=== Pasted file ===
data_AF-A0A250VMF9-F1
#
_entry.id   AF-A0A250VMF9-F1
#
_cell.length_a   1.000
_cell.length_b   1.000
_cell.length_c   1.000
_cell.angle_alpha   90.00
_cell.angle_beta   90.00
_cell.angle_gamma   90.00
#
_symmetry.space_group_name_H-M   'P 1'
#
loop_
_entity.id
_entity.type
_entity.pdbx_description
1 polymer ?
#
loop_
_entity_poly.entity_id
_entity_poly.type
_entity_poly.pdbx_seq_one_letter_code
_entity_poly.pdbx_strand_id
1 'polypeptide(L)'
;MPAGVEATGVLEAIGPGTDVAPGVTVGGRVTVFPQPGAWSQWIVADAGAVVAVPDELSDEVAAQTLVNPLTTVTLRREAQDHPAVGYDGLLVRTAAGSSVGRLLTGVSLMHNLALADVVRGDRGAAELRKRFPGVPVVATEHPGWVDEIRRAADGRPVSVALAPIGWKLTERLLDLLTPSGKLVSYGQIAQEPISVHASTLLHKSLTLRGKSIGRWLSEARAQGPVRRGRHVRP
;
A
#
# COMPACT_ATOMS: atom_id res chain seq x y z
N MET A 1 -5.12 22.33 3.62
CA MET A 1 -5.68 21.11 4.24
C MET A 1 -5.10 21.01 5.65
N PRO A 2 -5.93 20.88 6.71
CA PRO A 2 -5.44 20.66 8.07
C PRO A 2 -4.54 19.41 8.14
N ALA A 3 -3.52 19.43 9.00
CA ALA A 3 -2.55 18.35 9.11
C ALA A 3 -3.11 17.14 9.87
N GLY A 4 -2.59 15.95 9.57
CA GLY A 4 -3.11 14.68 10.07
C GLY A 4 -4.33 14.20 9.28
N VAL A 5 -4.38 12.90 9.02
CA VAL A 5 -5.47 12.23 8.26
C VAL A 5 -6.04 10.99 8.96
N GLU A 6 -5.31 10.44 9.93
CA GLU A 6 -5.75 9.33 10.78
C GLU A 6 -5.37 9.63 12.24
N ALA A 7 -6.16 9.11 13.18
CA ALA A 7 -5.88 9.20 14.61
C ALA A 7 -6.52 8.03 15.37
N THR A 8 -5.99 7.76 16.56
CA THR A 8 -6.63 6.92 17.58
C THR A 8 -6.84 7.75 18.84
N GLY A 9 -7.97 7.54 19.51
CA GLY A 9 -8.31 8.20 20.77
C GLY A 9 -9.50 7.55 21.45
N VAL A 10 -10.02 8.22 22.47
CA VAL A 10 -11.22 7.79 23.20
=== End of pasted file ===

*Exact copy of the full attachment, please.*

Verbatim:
data_AF-A0A250VMF9-F1
#
_entry.id   AF-A0A250VMF9-F1
#
_cell.length_a   1.000
_cell.length_b   1.000
_cell.length_c   1.000
_cell.angle_alpha   90.00
_cell.angle_beta   90.00
_cell.angle_gamma   90.00
#
_symmetry.space_group_name_H-M   'P 1'
#
loop_
_entity.id
_entity.type
_entity.pdbx_description
1 polymer ?
#
loop_
_entity_poly.entity_id
_entity_poly.type
_entity_poly.pdbx_seq_one_letter_code
_entity_poly.pdbx_strand_id
1 'polypeptide(L)'
;MPAGVEATGVLEAIGPGTDVAPGVTVGGRVTVFPQPGAWSQWIVADAGAVVAVPDELSDEVAAQTLVNPLTTVTLRREAQDHPAVGYDGLLVRTAAGSSVGRLLTGVSLMHNLALADVVRGDRGAAELRKRFPGVPVVATEHPGWVDEIRRAADGRPVSVALAPIGWKLTERLLDLLTPSGKLVSYGQIAQEPISVHASTLLHKSLTLRGKSIGRWLSEARAQGPVRRGRHVRP
;
A
#
# COMPACT_ATOMS: atom_id res chain seq x y z
N MET A 1 -5.12 22.33 3.62
CA MET A 1 -5.68 21.11 4.24
C MET A 1 -5.10 21.01 5.65
N PRO A 2 -5.93 20.88 6.71
CA PRO A 2 -5.44 20.66 8.07
C PRO A 2 -4.54 19.41 8.14
N ALA A 3 -3.52 19.43 9.00
CA ALA A 3 -2.55 18.35 9.11
C ALA A 3 -3.11 17.14 9.87
N GLY A 4 -2.59 15.95 9.57
CA GLY A 4 -3.11 14.68 10.07
C GLY A 4 -4.33 14.20 9.28
N VAL A 5 -4.38 12.90 9.02
CA VAL A 5 -5.47 12.23 8.26
C VAL A 5 -6.04 10.99 8.96
N GLU A 6 -5.31 10.44 9.93
CA GLU A 6 -5.75 9.33 10.78
C GLU A 6 -5.37 9.63 12.24
N ALA A 7 -6.16 9.11 13.18
CA ALA A 7 -5.88 9.20 14.61
C ALA A 7 -6.52 8.03 15.37
N THR A 8 -5.99 7.76 16.56
CA THR A 8 -6.63 6.92 17.58
C THR A 8 -6.84 7.75 18.84
N GLY A 9 -7.97 7.54 19.51
CA GLY A 9 -8.31 8.20 20.77
C GLY A 9 -9.50 7.55 21.45
N VAL A 10 -10.02 8.22 22.47
CA VAL A 10 -11.22 7.79 23.20